De Wall goes so far as to say that wearing a t-shirt that expresses one’s atheism, humanism or anything else that may “offend” a believer is a militant act. He seems to accept that free thought is a good idea but free expression should be curbed to avoid offending anyone. While I don’t intentionally offend people of belief, we are a nation that celebrates free speech in our constitution and, frankly, no one has a right not to hear information contrary to their beliefs. Personally, I find the anti-evolution, anti-science slogans plastered on the chests of fundamentalists offensive and, yes, dangerous as they use such to effect science education in America and promote a science based on a bronze age text. The Bible contains a lot of good stuff, especially those printed in “red letters” the statements attributed to Joshua of Nazareth (Jesus to most) which, to me at least, seem entirely out of step with the general politics of fundamentalism but no bronze age text should ever be accepted as scientific as it was written before the scientific method was even invented so existed without the benefit of the best tool we have for describing nature.
The author then pulls out the oldest trick in the book, he brings up the Nazis. He, incorrectly, asserts that the rise of national socialism in Germany was motivated largely by a secular philosophy. It is true that Hitler, Himmler and other Nazi leaders wanted to end the reign of powerful religious forces in their country, the forces of Lutheranism and Catholicism but they were not atheists. The Nazi leaders wanted to replace the Jewish originated Christianity with Germanic mythology with its own set of gods and goddesses. I love these stories, especially as presented by Richard Wagner in his Ring Cycle but accept that they are as untrue as any other ancient religious belief, I’ll reject it as reality.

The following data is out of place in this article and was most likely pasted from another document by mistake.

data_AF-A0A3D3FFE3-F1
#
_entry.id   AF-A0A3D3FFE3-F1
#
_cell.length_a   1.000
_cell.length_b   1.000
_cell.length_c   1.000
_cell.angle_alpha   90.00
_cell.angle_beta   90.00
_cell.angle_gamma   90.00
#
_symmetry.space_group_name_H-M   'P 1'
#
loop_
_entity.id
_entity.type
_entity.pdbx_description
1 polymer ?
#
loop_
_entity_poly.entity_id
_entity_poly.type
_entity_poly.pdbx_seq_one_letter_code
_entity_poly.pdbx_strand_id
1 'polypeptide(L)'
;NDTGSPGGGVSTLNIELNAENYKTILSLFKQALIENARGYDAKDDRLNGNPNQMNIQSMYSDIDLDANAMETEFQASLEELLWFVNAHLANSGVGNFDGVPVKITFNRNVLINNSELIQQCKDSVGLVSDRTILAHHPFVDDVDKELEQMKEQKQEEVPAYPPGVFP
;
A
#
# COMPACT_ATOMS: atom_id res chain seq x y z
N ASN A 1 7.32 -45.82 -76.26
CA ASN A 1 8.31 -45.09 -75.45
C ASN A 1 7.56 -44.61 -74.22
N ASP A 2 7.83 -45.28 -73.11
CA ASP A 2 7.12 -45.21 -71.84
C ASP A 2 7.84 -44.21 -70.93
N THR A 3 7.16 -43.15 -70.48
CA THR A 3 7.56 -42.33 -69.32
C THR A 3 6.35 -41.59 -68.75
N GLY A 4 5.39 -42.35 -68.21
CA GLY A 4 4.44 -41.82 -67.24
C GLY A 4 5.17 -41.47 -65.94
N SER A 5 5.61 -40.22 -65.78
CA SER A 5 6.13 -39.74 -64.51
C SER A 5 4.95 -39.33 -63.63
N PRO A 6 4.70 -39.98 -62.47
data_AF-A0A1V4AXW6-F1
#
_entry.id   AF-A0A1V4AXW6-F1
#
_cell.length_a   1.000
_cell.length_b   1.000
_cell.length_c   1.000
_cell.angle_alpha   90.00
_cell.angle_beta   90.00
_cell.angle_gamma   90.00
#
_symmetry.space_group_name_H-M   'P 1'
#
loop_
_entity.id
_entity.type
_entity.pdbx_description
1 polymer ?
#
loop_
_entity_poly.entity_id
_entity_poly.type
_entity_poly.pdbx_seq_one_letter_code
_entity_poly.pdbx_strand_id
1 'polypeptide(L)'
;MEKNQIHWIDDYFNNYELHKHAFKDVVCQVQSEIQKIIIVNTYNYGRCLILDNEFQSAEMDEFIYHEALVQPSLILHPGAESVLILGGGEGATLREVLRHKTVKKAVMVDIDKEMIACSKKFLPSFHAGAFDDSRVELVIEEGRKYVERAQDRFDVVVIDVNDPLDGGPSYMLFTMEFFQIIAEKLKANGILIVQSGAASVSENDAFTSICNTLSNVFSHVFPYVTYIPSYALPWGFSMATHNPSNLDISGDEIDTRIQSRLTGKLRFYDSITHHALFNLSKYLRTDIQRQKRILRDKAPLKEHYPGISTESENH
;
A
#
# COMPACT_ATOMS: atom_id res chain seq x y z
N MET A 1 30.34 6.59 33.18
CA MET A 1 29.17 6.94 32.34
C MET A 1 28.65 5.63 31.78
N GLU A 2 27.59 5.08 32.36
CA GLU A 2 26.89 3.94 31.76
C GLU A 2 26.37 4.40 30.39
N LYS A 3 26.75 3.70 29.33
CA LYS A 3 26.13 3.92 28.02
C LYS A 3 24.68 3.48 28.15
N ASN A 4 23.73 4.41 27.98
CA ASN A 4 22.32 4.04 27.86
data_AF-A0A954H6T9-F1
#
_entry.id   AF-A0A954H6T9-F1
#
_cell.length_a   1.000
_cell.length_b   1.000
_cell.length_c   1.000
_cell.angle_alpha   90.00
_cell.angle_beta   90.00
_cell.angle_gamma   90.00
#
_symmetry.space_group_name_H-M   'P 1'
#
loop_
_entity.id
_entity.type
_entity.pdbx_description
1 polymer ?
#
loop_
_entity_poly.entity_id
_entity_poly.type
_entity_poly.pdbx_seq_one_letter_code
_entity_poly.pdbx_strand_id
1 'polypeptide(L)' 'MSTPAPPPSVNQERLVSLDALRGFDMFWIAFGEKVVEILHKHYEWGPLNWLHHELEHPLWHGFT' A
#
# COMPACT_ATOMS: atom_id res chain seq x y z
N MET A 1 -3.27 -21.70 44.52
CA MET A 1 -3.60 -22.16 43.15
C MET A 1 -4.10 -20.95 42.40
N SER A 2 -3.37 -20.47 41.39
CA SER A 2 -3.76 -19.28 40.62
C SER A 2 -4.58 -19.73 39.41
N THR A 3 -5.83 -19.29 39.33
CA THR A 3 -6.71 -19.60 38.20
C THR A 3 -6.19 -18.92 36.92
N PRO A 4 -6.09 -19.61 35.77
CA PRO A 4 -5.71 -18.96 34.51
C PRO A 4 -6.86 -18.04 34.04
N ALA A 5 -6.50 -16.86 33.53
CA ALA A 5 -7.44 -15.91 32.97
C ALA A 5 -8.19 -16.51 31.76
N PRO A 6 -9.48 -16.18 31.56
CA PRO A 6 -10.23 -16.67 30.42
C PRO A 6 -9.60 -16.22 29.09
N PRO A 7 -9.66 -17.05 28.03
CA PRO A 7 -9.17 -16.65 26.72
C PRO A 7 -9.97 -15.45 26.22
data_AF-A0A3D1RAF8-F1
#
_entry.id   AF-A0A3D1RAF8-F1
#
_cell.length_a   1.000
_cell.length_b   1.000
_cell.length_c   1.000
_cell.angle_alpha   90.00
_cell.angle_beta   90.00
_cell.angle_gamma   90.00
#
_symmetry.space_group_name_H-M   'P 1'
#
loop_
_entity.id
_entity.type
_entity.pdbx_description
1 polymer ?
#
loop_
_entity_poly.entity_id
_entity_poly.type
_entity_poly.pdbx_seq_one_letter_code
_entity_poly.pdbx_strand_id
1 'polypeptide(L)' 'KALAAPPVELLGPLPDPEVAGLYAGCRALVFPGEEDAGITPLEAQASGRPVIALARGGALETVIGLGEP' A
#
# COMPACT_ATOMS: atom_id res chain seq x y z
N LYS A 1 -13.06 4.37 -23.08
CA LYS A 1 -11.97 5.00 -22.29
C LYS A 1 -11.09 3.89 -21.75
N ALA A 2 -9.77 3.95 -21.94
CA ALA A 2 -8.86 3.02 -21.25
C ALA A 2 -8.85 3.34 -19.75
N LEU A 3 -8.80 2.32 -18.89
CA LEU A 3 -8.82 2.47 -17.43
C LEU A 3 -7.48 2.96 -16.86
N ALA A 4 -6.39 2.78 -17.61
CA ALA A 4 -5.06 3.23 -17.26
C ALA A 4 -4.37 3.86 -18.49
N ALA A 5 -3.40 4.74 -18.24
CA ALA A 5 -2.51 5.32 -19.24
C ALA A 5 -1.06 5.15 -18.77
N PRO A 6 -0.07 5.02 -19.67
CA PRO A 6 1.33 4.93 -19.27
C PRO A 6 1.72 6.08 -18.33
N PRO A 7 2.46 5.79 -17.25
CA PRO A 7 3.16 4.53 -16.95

Then, De Waal moves onto Stalin who, indeed, seems to have been an atheist. Stalin, however, following the political philosophy of Nicolai Lenin, replaced religion with a vanguard, a pseudo-religious devotion to the memory of Marx and Lenin and banned free thought and free expression making the practice of humanism nearly impossible on a broad level in his Soviet Union. Stalin was a monster and not at all the sort of atheist that Dawkins would promote as an paragon of far more modern philosophy.